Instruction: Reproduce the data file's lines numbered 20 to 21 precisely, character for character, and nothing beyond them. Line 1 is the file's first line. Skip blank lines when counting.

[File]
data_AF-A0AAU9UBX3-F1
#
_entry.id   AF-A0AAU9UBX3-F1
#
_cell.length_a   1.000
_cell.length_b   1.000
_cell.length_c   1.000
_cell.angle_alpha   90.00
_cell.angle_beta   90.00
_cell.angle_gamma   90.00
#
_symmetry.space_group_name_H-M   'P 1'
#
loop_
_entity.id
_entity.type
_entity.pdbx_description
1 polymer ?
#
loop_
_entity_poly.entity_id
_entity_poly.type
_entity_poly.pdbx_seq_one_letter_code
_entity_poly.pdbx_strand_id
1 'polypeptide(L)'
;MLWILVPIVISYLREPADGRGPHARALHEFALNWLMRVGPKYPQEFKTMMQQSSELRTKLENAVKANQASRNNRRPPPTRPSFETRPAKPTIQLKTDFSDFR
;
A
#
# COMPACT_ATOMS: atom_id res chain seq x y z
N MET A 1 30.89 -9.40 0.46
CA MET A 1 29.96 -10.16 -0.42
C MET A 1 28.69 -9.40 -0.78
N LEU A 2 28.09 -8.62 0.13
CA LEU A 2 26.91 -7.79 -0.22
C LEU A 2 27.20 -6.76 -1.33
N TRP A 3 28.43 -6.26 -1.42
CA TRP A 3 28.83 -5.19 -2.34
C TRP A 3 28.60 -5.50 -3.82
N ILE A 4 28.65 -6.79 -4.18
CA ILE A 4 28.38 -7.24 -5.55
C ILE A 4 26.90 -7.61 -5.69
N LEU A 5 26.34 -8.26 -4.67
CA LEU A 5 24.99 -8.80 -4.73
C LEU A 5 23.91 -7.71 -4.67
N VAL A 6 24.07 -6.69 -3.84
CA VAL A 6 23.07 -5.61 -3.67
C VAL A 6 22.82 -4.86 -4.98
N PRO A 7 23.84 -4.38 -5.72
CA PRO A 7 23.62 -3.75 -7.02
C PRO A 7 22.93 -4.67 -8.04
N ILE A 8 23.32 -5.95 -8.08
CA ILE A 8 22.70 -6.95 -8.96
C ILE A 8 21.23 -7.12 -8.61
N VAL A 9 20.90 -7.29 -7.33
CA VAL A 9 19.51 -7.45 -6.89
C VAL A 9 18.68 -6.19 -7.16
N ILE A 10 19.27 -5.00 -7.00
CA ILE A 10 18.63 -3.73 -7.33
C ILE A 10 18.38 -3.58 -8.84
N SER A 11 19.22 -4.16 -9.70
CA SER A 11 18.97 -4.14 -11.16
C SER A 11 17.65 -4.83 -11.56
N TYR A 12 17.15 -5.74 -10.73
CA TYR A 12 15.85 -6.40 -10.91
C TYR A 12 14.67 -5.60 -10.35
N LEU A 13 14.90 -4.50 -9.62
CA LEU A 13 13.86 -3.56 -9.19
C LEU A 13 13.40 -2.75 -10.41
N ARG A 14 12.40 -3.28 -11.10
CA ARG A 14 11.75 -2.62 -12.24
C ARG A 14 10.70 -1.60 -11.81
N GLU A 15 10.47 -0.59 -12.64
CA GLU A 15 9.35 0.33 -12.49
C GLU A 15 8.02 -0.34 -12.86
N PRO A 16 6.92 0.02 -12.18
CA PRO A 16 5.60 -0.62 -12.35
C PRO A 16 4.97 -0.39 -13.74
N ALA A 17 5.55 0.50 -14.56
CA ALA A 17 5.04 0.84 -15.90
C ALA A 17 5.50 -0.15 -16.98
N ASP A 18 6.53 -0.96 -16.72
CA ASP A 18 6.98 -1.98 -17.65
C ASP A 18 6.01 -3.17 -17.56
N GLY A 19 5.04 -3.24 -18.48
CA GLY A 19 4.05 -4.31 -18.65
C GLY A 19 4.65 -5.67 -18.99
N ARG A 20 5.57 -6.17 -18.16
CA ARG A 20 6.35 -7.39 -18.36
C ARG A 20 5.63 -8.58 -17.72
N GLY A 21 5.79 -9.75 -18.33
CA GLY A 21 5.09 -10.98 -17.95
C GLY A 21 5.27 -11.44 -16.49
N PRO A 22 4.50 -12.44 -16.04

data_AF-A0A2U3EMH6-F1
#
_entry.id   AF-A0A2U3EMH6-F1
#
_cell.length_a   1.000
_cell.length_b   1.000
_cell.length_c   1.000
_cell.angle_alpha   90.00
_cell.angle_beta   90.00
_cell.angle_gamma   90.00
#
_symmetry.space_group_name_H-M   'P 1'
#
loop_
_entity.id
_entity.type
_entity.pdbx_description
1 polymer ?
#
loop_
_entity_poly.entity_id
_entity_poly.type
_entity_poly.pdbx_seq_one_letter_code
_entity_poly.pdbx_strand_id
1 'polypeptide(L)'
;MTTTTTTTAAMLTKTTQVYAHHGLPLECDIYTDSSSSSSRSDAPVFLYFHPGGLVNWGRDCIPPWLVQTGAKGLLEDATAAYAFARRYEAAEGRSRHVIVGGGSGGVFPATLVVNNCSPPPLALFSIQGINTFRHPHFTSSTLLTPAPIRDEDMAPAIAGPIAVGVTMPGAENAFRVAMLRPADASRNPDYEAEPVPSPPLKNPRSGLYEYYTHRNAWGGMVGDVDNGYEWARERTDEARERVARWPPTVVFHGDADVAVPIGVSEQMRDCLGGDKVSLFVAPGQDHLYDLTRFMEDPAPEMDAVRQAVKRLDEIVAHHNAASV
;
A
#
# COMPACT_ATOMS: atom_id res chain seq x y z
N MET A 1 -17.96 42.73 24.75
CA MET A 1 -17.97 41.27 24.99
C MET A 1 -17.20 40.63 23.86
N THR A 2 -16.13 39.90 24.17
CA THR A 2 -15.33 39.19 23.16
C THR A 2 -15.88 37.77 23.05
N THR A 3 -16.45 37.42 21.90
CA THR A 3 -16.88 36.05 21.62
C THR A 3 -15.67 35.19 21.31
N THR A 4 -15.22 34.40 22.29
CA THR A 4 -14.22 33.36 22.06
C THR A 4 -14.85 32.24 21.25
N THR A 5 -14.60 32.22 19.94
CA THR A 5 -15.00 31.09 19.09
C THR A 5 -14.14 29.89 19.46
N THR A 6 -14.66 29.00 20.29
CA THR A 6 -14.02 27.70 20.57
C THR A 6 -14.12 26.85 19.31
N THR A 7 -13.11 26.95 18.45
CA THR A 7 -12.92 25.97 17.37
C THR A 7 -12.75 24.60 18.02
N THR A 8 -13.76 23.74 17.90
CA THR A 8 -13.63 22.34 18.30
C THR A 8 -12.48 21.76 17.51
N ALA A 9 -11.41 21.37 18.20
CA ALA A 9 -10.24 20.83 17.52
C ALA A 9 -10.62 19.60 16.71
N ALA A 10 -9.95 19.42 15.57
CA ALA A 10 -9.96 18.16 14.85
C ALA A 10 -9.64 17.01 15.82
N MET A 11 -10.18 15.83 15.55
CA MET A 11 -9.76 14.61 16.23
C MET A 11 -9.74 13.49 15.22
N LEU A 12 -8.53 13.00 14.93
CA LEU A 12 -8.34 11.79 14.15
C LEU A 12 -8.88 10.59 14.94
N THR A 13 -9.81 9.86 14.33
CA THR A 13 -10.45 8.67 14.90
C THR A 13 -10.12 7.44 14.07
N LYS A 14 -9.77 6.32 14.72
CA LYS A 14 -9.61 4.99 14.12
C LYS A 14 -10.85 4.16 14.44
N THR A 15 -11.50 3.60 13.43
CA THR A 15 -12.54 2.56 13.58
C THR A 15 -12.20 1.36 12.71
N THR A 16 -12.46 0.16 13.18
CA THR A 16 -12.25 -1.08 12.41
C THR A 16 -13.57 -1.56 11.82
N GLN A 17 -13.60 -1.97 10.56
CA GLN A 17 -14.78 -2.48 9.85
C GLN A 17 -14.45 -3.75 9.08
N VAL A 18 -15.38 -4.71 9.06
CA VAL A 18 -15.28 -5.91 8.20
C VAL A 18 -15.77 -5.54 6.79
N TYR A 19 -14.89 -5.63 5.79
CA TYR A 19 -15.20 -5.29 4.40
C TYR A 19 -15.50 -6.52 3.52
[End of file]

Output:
loop_
_entity_poly.entity_id